So even though Cable TV of East Alabama isn't physically in the room or on the phone with ESPN, it's always aware of where things stand.
"We stay in constant contact with NCTC. That's how we've negotiated a number of our large network contracts," Budd said. "And then we have the right to accept the contract or reject. But we have every intention to have the SEC Network before or right at the launch (date)."
'It's a piece of culture'
As other companies continue to huddle with ESPN to nail down particulars, Dish Network is already two steps ahead. Dish reached an agreement to carry the SEC Network in March, making it the first nationwide provider to do so. Of course, that leads one to the painfully obvious question: How did Dish get the deal done so soon?
Cue the well-worn adage "timing is everything."
"We had a forward-thinking partner in Disney and ESPN and we were looking at it as a (top) objective to bring the SEC Network to customers," said John Hall, a spokesman for Dish. "So we started conversations very early. We were certainly proactive in those discussions with ESPN. It was not lost on us that we wanted to come in early so customers knew that they'd be able to see it on Dish come Aug. 14."
And it's a move that has paid off handsomely, already engendering goodwill among both "customers and potential customers." It sounds like typical PR talk, sure.
But Hall knows his target audience.
When it comes to being able to watch their favorite teams on TV, sports fans — especially those in the SEC — favor dealing in absolutes rather than hypotheticals.
"It's like talking to them on a personal level, which is particularly important when it comes to SEC sports," Hall said. "It's a piece of culture and it's important for us to connect with our customers and potential customers on that level about things that are important to them."
When it comes to importance, one would think Dish lapping the field with its competitors in regards to landing the SEC Network months ago would be given the highest priority. But if that was the case, Hall did a good job of not showing it.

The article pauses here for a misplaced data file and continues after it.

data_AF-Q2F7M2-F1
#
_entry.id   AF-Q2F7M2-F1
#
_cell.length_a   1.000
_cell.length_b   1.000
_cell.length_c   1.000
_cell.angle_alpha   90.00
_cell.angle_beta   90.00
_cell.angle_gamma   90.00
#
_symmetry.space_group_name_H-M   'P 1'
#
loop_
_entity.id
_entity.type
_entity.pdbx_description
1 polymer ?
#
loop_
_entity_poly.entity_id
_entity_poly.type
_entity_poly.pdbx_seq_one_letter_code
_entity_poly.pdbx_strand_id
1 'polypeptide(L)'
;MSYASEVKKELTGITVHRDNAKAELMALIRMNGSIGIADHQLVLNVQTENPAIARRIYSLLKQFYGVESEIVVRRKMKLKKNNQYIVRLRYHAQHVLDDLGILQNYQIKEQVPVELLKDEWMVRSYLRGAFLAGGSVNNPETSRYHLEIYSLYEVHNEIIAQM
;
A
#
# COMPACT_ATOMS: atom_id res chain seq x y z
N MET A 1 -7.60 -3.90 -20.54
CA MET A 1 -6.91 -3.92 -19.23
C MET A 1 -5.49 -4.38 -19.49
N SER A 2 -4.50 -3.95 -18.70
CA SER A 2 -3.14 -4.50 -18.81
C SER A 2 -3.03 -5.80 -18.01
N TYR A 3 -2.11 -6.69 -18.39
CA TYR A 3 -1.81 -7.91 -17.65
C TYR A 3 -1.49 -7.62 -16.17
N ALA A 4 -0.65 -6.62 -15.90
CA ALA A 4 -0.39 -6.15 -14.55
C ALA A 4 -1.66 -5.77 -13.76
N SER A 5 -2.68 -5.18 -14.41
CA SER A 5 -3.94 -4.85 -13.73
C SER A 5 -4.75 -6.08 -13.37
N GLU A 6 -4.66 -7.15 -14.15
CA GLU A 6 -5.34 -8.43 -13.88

Downplaying any talk of besting rivals, Hall elected to keep the focus on those his company serves.
"It's really more about customers and consumers in general — those who are already a customer or may be interested in becoming one," he said. "Something we say around here is, 'Follow the customer. Do what the customer wants and you're going to be right.' So what we're interested in is giving customers what they want."
Last-minute agreements commonplace
Dish is the outlier, of course. If negotiating was simple, every company would have been signed up for the SEC Network by now. These days, protracted discussions are part of the process.
In turn, last-minute agreements are becoming more of the rule than the exception.
"It's just the evolution of the cable industry," Budd said. "Not everybody signs a contract at the same time, so Comcast's contract may expire on Dec. 31 and Time Warner's contract may expire June 15. So it's really (about) when that particular operator's contract comes back up for renewal."
"In many cases (when) it comes to new networks, if the company that owns it believes it's worth a whole lot more than maybe the value our customers place on it, then yes, things can drag out," he said.
It's only going to get worse, Budd said. More and more, massive media conglomerates have tried to force providers into all-or-nothing deals. She pointed to the National Cable Television Cooperative's contentious negotiations with Viacom — which owns CBS, Nickelodeon and MTV, among others — earlier this year, which were touch-and-go and required multiple extensions on the night the deal ended before the sides came to an accord.
Had the agreement not been reached, Viacom would have pulled Cable TV of East Alabama's signal.
"So we don't get to say, 'We'd like to keep Nickelodeon and BET and MTV and maybe three or four more of your channels, but we don't think our demographic fits with some of your other channels,'" Budd said. "They say, 'No, you take all 17 you've been carrying or you don't get any. Oh, and by the way, you're going to pay this much.'"
Budd doesn't anticipate those kinds of to-the-buzzer theatrics with ESPN, though.
"We've never not signed an ESPN contract," she said. "You can't not have ESPN."
In that same vein, Troxel said, one can't have ESPN without the SEC Network. And that's not him being melodramatic. It's business.
Call it shrewd negotiating on the part of "The Worldwide Leader in Sports."
"They pretty much are bundling the SEC Network with ESPN and ESPN's products," Troxel said. "So if you want ESPN, you're probably going to end up carrying the SEC Network, too."